The Hand of Fear

So, I figured the “Hand of Fear” would be some metaphorical thing, but no, it’s an actual hand, running around, possessing people and causing… well, fear. Neato! Actually, it’s quite a creepy scenario at first and the visual effects are pretty good.

In the reactor, the hand absorbs radiation and slowly regenerates from a fossil into a living creature. Chucking nukes at it probably didn't help, admittedly.

In the reactor, the hand absorbs radiation and slowly regenerates from a fossil into a living creature. Chucking nukes at it probably didn’t help, admittedly.

Set primarily in a nuclear power facility, this serial makes good use of an actual nuclear power station, thereby adding a touch of classy realism. The hand uses the radiation to grow its silicon-crystalline form back into a millennia-old alien ruler from the planet Kastria, called Eldrad. Although Eldrad has unsavoury goals, expectations are subverted when the Doctor and Sarah elect to actually help her. Expectations are subverted again when the her turns out to be a he and Eldrad reveals the truth of his past, his exile and destruction at the hands of his now deceased people, with a minor twist thrown in for good measure.

Eldrad, in female form, attempts to use her mind-reading power.

Eldrad, in female form, attempts to use her mind-reading power.

It’s quite a clever ending, really. It takes a while to get there, mind you, and the set up in the power station is perhaps longer than it needs to be, but on the whole it’s rather good. There are some funny moments too, like when they first arrive in a quarry and the Doctor says he can’t possibly know every single quarry they end up in. It’s disappointing that Sarah Jane gets possessed again as it’s a bit of a lazy trope now, particularly since this appears to be her final appearance. The closing scene aboard the Tardis is touching and natural, a perfect way to… well, part ways. It doesn’t feel forced or contrived; the Doctor simply needs to answer the call of the Time Lords… alone.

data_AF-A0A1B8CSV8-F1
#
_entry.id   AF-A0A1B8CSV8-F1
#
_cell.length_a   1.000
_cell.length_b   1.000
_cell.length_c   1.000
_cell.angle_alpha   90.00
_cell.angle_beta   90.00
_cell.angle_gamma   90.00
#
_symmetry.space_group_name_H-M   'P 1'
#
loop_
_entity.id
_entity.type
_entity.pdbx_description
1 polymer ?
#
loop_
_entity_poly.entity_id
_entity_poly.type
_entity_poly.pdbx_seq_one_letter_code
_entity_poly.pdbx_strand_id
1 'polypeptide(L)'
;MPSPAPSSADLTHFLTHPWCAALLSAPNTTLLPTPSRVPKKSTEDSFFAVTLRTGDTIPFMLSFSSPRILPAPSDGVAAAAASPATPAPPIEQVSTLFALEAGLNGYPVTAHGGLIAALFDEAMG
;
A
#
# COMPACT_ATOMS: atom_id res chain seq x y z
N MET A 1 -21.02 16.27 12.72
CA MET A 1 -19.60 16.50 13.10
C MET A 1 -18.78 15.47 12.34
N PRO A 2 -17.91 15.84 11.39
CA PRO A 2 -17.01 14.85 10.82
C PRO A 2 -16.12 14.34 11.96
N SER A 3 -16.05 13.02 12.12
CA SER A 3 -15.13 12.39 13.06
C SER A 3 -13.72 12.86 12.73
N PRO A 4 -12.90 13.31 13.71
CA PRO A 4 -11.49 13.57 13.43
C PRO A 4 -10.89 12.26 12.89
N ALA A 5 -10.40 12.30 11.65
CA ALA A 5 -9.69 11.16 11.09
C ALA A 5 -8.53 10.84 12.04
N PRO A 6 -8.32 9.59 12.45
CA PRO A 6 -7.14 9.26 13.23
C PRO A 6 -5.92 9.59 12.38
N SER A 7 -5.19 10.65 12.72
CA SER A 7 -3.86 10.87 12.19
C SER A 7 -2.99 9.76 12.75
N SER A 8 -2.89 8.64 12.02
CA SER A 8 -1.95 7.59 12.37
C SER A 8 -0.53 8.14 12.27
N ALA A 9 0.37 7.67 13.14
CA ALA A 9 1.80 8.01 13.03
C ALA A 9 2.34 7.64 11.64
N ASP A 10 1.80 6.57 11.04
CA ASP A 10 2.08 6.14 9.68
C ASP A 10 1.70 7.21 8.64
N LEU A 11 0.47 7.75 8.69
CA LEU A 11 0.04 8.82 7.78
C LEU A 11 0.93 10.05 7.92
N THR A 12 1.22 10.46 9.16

Talk to the hand, 'cos the face ain't listening.

Talk to the hand, ‘cos the face ain’t listening.

I’ve enjoyed Sarah Jane Smith as a travelling companion. I don’t think she’s the best (that title still goes to Ian Chesterton!) but, certainly with this incarnation of the Doctor, there is a rapport and a good-natured humour to their scenes. I think she could have been used more effectively, perhaps made better use of her background as a journalist (which is practically forgotten about), however I am sorry to see her go.

In a fitting conclusion, the Doctor attempts to drop Sarah Jane off in South Croydon and fails.

In a fitting conclusion, the Doctor attempts to drop Sarah Jane off in South Croydon and fails.

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2 responses to “The Hand of Fear

  1. As a side note, writer Louis Marks was moonlighting from his job, which he did while moonlighting from his other job. So job 1, aside from writing occasional Doctor Whos, was producing the BBC1 Play of the Month adaptations of Arthur Miller, Ibsen, etc etc. Job 2 was his position as a professor of medieval history at one of the Oxbridge colleges, where his speciality was… Savaranola’s role in the Bonfire of the Vanities. Savanarola being an alternative name for Heironymous, the astronomer who embarks on his own bonfire of the vanities in this story.

  2. Oops, sorry, that refers to Masque of Mandragora! Must have hit the next story button by accident.

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